self-awareness

How To Endure Hardship The Modern Way

Practicing a mindset of Stoic Empathy allows you to endure hardship gracefully while maintaining healthy emotional connections with yourself and others.

When I was a young girl, my father used to read me the poem If by Rudyard Kipling, just as his father used to read it to him. The poem was framed above my little bed and was illustrated with all my favorite African animals — a giraffe, an elephant, a lion, a zebra. 

After receiving heartbreaking news from the doctor a few weeks ago, I found myself Googling Kipling in need of his poem’s wisdom. The beginning of the second stanza stood out to me: 

How To Build And Benefit From A Mind, Body, Spirit Practice

Stop dealing with stress through control and start reducing it through connecting to your authentic self.

Nothing lasts forever — not even stress. No matter how intense a problem or how significant a challenge, life moves on eventually. This too shall pass, as the Sufi poets taught us.

Of course, understanding the inherent ephemerality of life does little for us when we’re in the thick of a problem. All things may be temporary, but stress sure does feel permanent when it sinks its teeth in. It doesn’t matter what we do or how hard we try, we can’t seem to shake it. The stress, the challenge, the problem sticks around.

Finding Answers Through Intentional Listening

In times of small challenges and big ones, the first thing we can do is just listen.

Taking the time to actively listen to ourselves, others, and the world around us not only gives us knowledge and insight but calmness and stability too.

What is your mind, body, spirit trying to show you?

What are others trying to tell you with their words, body, actions?

What are the trees, birds, winds, rivers trying to teach you?

The answers are within and around us, we just need to first be able to listen for them.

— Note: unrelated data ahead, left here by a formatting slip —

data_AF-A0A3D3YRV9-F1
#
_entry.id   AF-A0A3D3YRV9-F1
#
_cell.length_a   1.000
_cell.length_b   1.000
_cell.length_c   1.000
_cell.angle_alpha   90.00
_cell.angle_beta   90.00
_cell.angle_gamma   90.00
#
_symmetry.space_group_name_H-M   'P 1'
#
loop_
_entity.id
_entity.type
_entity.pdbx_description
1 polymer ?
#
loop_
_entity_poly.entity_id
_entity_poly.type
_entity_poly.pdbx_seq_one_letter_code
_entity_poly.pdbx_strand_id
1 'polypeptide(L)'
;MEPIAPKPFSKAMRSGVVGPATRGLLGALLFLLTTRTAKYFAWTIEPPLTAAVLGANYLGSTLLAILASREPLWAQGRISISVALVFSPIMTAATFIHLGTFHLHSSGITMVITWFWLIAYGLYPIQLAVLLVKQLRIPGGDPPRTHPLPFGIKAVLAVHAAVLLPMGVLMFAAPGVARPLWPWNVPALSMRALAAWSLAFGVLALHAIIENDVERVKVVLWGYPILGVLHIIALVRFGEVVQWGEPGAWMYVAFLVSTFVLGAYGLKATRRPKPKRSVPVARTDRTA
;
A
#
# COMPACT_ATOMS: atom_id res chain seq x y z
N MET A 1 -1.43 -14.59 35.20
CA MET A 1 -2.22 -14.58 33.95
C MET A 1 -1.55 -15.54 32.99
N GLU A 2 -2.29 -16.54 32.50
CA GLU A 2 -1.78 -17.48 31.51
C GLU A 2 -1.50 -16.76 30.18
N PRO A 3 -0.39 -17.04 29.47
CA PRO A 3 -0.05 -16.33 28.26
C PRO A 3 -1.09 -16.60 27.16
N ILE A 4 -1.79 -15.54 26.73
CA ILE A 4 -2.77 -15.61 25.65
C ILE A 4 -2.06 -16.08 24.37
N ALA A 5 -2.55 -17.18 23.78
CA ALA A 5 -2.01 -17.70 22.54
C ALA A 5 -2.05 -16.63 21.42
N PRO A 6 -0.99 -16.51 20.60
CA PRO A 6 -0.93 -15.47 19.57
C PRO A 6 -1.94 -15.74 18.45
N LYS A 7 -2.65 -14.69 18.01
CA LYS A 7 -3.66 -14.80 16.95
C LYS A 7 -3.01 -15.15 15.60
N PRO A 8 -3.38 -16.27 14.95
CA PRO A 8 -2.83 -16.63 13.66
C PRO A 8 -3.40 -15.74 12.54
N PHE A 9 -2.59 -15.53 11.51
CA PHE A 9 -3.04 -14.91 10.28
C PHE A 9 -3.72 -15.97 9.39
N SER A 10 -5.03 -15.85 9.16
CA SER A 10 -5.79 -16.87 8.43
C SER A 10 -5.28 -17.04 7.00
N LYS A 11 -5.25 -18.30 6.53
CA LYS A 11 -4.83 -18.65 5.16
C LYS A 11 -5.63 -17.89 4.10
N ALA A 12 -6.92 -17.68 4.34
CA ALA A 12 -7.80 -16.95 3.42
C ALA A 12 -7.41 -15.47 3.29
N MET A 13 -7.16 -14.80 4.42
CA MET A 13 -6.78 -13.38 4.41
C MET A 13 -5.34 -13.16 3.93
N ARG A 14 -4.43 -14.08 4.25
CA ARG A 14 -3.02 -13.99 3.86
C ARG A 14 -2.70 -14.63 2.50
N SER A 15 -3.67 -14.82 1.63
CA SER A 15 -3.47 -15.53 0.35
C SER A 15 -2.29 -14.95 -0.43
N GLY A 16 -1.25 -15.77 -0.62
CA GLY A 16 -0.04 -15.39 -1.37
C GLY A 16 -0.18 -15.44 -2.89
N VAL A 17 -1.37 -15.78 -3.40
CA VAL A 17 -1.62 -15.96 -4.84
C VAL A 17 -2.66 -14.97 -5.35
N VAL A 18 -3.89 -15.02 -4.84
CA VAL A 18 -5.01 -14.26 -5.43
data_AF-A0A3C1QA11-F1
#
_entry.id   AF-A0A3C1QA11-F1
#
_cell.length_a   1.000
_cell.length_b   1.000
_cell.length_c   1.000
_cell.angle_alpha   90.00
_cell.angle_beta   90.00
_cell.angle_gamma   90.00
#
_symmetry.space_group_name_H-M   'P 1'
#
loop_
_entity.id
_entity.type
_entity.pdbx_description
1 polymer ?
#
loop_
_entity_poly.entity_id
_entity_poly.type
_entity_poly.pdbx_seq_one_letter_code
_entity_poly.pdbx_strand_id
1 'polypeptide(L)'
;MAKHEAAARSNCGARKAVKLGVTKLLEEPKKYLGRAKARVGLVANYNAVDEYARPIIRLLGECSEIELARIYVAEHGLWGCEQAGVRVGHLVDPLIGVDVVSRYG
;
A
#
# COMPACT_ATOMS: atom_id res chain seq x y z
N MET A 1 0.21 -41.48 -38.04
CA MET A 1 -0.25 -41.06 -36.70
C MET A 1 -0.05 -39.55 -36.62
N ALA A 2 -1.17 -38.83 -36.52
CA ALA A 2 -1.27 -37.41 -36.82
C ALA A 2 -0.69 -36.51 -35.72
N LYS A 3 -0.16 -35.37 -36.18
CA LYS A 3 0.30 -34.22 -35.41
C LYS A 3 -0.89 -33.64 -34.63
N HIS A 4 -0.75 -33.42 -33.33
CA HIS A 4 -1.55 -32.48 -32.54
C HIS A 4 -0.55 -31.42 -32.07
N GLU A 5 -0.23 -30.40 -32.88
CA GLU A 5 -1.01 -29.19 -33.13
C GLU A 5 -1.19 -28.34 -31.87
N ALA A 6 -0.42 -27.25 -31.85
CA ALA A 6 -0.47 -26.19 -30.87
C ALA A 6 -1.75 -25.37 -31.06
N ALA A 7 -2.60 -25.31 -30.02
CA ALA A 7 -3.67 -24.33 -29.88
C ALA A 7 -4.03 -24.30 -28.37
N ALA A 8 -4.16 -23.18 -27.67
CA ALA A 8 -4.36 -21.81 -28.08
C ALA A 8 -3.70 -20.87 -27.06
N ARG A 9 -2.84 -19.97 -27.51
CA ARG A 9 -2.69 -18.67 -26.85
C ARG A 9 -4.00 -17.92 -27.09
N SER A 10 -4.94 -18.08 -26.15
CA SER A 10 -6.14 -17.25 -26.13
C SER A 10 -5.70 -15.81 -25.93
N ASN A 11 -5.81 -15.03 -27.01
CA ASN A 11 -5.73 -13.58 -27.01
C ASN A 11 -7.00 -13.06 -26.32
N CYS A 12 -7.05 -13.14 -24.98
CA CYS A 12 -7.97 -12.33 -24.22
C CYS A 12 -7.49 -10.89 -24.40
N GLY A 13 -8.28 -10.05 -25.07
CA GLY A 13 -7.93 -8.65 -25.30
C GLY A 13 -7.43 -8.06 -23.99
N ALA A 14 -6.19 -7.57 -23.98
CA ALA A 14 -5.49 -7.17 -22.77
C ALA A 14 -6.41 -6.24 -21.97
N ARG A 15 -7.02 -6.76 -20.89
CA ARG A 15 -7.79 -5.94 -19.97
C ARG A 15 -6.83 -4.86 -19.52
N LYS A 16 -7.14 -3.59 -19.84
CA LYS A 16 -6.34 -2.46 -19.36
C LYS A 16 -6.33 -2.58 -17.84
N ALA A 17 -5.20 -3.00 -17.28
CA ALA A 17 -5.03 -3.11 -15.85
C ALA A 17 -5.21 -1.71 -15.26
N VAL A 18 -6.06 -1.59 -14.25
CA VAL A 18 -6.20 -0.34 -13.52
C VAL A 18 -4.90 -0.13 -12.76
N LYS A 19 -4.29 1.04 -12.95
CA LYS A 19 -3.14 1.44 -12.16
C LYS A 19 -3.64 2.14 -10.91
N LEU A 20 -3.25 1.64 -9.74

Self-wisdom Is The Prerequisite To Worldly Wisdom

You cannot find fulfillment without first knowing what fulfillment looks like to you.

You cannot show empathy and compassion to others without first showing empathy and compassion to yourself.

You cannot correctly interpret what you sense in the external world without first correctly sensing what lies in your internal world.

Self-wisdom is the prerequisite to worldly wisdom. 

How To Be An Influential Leader By Being Vulnerable

It’s not about denying your innate exposure, it’s about leveraging it for success.

There is no denying that by nature we are vulnerable. As human beings and social creatures, we are naturally open to attack and capable of being hurt. But it is also true that by nature we don’t want to be attacked or hurt. As a result we find we’re always doing all we can to protect ourselves and hide what we see as our weakness.

Herein lies the vulnerability paradox. To be innately vulnerable while denying our vulnerability seems to be what is at the heart of being human, and more so, of being a leader.

The more we deny our vulnerability, the less influence we have on the world, the people around us, and ourselves. The more we hide away from what makes us feel uncomfortable, the less fulfillment and connection we experience.